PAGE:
I was taught of Pascal’s wager as an aspect of theology – and not as a reason to believe in God. And I share this with you today in that same vein – theological information. To me, to believe in God because of a wager – would be a belief that flies in the face of faith.
However, Pascal argued that for a man who didn’t believe in God – it was a reason to believe. Do you think anyone could truly adopt a belief simply by deciding to?
By: E. Bishop
It used to be a very stable and lucrative crop for farmers; it did not require a lot of acreage to grow it; anyone growing it was called the 13th month farmer because before harvesting was even done, the farmer was already working on the next year’s crop. Allotments for the crop were doled out; only specific amounts of acreage could be used in any given year or the farmer would be penalized. Under the “farmer certification” method through the Department of Agriculture, you certify your crop acreages (with copies of maps) instead of a reporter visiting your farm and measuring the crops (from letter my mother saved from April 1971). I also have a saved common stock certificate at $5 per share with an accompanying card with the matching Certificate Number from 1947. I find these saved artifacts interesting to read although I’m not sure what some really mean. I do know though that harvesting tobacco in the hottest, most miserable part of the year was also the most physically demanding part of being a tobacco farmer. And, it used to be one of the most labor intensive and time-consuming crops where the farmer spent more on hired labor costs than on any other crop.
Instead of hiring helpers, most often the farmer’s children were the help. But when the harvest came in and extra help was needed, neighbors pitched in knowing they may need help themselves. It was hard work but that doesn’t mean there wasn’t a little fun sometime too.
One of the fun things I remember is riding the sled used to carry the pulled tobacco from the field. It was long and narrow with sacks tacked to the sides. A rough ride. Actually, that’s probably the only fun thing I remember! My older brother Pete, who loved to tell stories from his childhood, had me record him telling the following story from those long ago days.
“Back, back years ago when we was all young, Daddy raised tobacco, and he’d always get this neighbor, Miss Emily, to help, and she would come in about daylight and start working in the field. The field of tobacco was way over beside the house, tobacco barn was way around the road back in the woods over there (Pete would point in the direction where the old home place buildings stood) and uh, Daddy and John Albert (another neighbor) was over there priming, uh, pulling tobacco off the stalk and putting it in the sled, and they’d bring it around to the, to the tobacco barn where Mother and others were all tying (putting tobacco on sticks). John Albert and Miss Emily was over there picking and pulling, piling it up high on the sled; coming back to unload and go again.”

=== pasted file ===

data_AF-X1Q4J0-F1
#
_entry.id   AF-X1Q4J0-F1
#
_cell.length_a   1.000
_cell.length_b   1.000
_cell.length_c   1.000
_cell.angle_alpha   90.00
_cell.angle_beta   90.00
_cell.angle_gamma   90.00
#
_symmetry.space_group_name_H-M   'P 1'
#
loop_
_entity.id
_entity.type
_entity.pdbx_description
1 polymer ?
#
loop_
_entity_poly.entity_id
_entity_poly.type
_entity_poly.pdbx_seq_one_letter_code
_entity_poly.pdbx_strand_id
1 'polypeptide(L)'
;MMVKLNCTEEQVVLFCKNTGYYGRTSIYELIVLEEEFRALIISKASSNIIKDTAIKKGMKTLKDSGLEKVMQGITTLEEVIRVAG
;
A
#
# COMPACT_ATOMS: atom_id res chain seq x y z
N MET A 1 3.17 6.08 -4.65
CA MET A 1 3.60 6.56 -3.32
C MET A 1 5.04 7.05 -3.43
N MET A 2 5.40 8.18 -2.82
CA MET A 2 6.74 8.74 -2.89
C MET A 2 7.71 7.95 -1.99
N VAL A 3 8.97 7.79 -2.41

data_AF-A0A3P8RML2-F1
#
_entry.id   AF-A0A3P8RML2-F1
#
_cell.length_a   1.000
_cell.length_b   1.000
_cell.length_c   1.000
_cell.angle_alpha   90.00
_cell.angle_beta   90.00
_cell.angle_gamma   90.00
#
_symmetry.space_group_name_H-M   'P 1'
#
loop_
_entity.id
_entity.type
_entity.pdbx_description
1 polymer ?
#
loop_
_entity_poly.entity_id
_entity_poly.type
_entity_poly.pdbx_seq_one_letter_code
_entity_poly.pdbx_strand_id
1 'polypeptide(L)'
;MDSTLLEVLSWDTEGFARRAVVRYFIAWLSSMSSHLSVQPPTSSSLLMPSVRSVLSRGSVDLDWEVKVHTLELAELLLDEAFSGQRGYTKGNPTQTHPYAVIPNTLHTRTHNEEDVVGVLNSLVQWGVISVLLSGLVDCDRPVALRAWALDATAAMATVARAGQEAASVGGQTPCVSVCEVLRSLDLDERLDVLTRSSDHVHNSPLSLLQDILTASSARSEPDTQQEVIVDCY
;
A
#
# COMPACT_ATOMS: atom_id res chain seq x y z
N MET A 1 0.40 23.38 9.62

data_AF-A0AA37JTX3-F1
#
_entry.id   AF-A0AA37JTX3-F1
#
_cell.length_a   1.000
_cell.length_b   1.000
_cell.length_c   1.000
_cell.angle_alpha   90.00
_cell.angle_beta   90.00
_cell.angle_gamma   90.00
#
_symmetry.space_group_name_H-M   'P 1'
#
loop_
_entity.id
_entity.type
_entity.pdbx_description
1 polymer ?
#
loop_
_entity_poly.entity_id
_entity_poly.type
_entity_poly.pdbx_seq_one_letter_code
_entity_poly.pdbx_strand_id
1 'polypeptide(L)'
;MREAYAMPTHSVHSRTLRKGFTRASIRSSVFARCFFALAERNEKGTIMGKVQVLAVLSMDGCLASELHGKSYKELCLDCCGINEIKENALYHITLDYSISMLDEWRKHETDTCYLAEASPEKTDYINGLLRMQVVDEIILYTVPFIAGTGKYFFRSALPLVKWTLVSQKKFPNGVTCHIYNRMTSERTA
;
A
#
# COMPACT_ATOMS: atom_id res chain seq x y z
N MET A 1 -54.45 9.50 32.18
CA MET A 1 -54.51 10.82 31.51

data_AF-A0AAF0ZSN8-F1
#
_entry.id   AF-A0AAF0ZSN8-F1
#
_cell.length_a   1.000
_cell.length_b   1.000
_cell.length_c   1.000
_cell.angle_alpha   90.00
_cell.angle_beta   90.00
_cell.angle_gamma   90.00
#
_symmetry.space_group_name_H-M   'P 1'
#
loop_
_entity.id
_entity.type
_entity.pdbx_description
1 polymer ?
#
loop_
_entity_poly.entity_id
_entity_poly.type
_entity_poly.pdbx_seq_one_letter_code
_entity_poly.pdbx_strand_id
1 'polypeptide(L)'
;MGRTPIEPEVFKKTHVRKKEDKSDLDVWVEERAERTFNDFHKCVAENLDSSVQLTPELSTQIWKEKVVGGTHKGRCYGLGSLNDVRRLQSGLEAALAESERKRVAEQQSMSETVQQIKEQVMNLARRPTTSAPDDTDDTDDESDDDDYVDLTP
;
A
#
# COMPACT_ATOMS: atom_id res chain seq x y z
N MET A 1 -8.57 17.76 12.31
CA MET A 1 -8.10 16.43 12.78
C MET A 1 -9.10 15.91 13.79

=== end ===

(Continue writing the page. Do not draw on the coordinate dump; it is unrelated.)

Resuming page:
“Well, about the second trip over that morning, the ole horse; had these three old horses but Daddy always used Ol’ Red and Ol’ Charlie to pull the sled. Daddy went back and Ol’ Charlie he kept a-watching when he was loading that tobacco. He just kept looking at him, then when they had that loaded and they pulled another armful each and went to lay it in the sled, Miss Emily got her arm full first and she went to put it in the sled, Ol’ Charlie, he took off with the sled about the time she bent over to put that armful in. She wore big ol’ dresses; she was a big girl anyway, and she wore these big ol’ dresses and uh, when that ol’ horse took off with that sled, it just unraveled her, took all of her clothes off. She didn’t have nothing on under that dress.”
“And, and, and Daddy got that horse stopped; then, uh, she was standing there, and, took her arms to wrap around herself and said ‘Aw, shucks, it don’t matter. I don’t got nothing you ain’t seen no way.’ Daddy said ‘Well,’ he tore one of the old sacks off the side of that tobacco sled and wrapped it around her and told her ‘Aw, , we can’t look at that all day.’ ”
“And then, then, well he brought the sled and Ol’ Charlie, back and Mother got some clothes where Miss Emily could put on, and uh, uh, she worked right on the rest of the day like nothing ever happened. That’s it.”